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Gil- Well I wish I could drive a Model T daily out here in CA! But, I would be killed! Here we have to drive hundreds of miles a week on busy and crowded roads and freeways! But, to answer your response the 1980's cars and up are still in high use due to their fuel economy (at least most models). This helps to contribute to the lesser number of good quality ones out there, because most are driven into the ground, unlike many cars from the 1970's and before. Say from 1985 and up, the cars are reasonably good on gas and parts still readily available so, people drive them and abuse them and when they need something they dont buy it because 'it is not worth it'. I have never done this with any of my cars. This will seem funny to most, but, the 1988 Corsica that I have with 79k on it has undergone a restoration. It was purchased from the original owner, and my friend did a few things to it when he owned it, but, I have done the majority. Which included everything from a new rack and pinion to a new and correct factory steering wheel, factory correct radio (from the horrible cd player that my friend put in) and even the window crank and hubcaps had to be correct! and I had the windshield replaced and ac repaired. I recently put a new hood on and had it painted (the old one became bent because of the placement of the old prop rod). This may seem crazy to go to all of this work to fix a 25 year old economy car worth about $1500! But, I like it and it is clean and has low mileage and has been worth every cent (especially now with gas prices being the way they are!). Of course I love my Continentals and the D-19 and the 490 touring car. But, this car has a use and it is a nice driving car. I have even semi retired my 3 year newer lesabre due to the gas prices (I drive around the city 5 out of 7 days per week and it can only get about 20-23 mpg when I drive a typical week, but, out on the highway I get 26 mpg!) and with 25-30 combined MPG on my Corsica I cant go wrong. I will still use the Lesabre on road trips and to fill in if something happens to the Corsica, but, while the gas prices (4.50 in CA) are outrageous I will be driving the old Corsica!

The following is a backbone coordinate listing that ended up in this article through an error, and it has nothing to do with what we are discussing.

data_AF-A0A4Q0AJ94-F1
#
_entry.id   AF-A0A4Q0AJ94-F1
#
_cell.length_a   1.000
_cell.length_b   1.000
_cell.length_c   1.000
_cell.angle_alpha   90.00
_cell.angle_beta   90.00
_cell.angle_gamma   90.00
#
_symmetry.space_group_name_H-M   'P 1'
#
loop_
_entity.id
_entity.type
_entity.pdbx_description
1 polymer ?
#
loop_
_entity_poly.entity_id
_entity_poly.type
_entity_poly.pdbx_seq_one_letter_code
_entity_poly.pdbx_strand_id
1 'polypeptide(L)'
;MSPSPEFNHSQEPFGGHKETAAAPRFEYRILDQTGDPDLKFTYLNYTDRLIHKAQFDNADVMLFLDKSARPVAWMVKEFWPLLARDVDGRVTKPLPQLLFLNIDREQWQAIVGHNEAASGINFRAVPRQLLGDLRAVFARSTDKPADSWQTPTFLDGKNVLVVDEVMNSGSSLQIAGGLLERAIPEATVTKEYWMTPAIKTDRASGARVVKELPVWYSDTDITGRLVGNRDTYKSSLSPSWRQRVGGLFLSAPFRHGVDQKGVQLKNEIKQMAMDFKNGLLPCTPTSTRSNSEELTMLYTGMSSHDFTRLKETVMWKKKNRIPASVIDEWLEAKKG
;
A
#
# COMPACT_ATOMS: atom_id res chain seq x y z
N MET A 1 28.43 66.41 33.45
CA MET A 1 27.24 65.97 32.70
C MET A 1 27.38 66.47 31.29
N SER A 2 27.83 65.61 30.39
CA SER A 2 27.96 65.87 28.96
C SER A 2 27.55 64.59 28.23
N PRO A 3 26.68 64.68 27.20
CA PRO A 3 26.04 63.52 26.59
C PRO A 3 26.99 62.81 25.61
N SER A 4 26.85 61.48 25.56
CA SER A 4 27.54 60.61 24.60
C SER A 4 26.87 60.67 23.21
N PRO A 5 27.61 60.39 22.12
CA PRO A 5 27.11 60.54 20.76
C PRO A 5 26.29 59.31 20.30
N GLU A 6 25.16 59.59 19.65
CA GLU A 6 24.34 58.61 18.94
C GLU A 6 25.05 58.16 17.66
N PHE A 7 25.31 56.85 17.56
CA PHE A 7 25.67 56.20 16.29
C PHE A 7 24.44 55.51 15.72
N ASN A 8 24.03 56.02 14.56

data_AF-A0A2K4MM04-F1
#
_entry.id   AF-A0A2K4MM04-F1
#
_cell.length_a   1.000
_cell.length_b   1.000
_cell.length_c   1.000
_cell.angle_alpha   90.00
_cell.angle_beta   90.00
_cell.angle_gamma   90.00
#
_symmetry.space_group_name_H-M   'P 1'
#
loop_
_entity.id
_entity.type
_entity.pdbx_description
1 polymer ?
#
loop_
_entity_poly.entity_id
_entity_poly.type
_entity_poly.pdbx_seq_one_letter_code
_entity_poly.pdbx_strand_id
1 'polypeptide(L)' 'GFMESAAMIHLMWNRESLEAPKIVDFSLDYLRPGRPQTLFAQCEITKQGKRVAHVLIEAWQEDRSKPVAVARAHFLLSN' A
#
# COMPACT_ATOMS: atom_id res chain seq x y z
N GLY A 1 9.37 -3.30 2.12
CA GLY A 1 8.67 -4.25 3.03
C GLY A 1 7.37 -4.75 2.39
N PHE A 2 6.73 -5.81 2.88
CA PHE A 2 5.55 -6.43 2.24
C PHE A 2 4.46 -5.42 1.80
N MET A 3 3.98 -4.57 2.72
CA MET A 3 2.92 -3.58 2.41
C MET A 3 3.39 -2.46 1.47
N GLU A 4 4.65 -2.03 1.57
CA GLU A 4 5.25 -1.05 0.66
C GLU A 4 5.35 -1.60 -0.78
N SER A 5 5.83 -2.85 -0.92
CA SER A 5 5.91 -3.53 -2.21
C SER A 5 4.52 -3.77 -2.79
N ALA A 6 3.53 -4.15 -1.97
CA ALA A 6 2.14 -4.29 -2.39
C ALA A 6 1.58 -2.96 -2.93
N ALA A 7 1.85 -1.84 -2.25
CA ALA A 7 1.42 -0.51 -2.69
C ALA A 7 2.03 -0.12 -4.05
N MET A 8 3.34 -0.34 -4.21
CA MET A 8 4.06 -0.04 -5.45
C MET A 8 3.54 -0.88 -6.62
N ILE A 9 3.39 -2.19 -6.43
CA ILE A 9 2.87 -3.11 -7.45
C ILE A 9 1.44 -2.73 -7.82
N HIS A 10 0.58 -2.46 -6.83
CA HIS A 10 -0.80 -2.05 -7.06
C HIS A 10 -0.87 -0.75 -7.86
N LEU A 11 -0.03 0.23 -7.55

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The majority of cars on this list are now 25+ year old antiques. Yet how many car shows do you see any of them at? Not just AACA shows, but any show. I see Reattas and Allantes at shows. But really not any of the others. Even 1979-85 Eldorado, Riviera, and Toronado which were extremely well received when new, don't show up very often. Even with the high production of Tauruses and Pontiac 6000's, I do not see any at shows. There are, however, a lot of post 1980 Mustangs, Camaros, and Corvettes. Even newer Chrysler 300's and Dodge Chargers and Challengers show up at shows more frequently than any of the cars on this list.

I have even been to many Cadillac shows where they show through the 1990's - current. The only ones that show up in any significant number post 1980 are the rwd Cadillac Broughams and the Allantes. Even the unique 1980-85 Seville doesn't show up much. The Allante is unique as a 2 seater, and many consider the Brougham the last "real" Cadillac. And even these are always nice original cars because you could buy 3 or 4 for much less than a full restoration on one. So I just don't see post 1985 Sevilles and fwd DeVilles becoming hugely popular anytime soon, even with Northstar engines.

I don't know that one should judge the cars in question future present or desirability on the basis of what one may see at brand club specific or local general car shows. Brand club activities are a bit of what the AACA is about but not restrictive on age of vehicles; they are more about brand appreciation than anything else. Local charity shows are usually open to just about anything with wheels and the organizations holding them are usually just thankful to see a variety cars, old and newer, and enough cars showing up that they have a show.